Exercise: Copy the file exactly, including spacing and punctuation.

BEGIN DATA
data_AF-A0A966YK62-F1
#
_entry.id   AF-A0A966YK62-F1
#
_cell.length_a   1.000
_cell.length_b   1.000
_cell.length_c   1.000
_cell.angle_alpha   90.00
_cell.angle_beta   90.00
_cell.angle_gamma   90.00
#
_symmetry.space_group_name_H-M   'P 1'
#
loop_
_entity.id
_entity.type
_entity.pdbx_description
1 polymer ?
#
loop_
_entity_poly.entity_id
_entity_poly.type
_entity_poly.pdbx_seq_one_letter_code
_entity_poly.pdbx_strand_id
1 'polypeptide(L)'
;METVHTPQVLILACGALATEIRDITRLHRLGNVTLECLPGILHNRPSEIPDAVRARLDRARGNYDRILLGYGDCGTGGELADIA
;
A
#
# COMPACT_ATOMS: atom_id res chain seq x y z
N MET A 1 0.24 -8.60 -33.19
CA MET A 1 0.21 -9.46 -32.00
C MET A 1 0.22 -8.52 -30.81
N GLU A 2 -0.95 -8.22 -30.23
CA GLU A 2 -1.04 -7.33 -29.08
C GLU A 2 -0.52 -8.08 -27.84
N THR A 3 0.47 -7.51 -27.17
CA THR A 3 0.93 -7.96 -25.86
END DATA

data_AF-A0A966YK62-F1
#
_entry.id   AF-A0A966YK62-F1
#
_cell.length_a   1.000
_cell.length_b   1.000
_cell.length_c   1.000
_cell.angle_alpha   90.00
_cell.angle_beta   90.00
_cell.angle_gamma   90.00
#
_symmetry.space_group_name_H-M   'P 1'
#
loop_
_entity.id
_entity.type
_entity.pdbx_description
1 polymer ?
#
loop_
_entity_poly.entity_id
_entity_poly.type
_entity_poly.pdbx_seq_one_letter_code
_entity_poly.pdbx_strand_id
1 'polypeptide(L)'
;METVHTPQVLILACGALATEIRDITRLHRLGNVTLECLPGILHNRPSEIPDAVRARLDRARGNYDRILLGYGDCGTGGELADIA
;
A
#
# COMPACT_ATOMS: atom_id res chain seq x y z
N MET A 1 0.24 -8.60 -33.19
CA MET A 1 0.21 -9.46 -32.00
C MET A 1 0.22 -8.52 -30.81
N GLU A 2 -0.95 -8.22 -30.23
CA GLU A 2 -1.04 -7.33 -29.08
C GLU A 2 -0.52 -8.08 -27.84
N THR A 3 0.47 -7.51 -27.17
CA THR A 3 0.93 -7.96 -25.86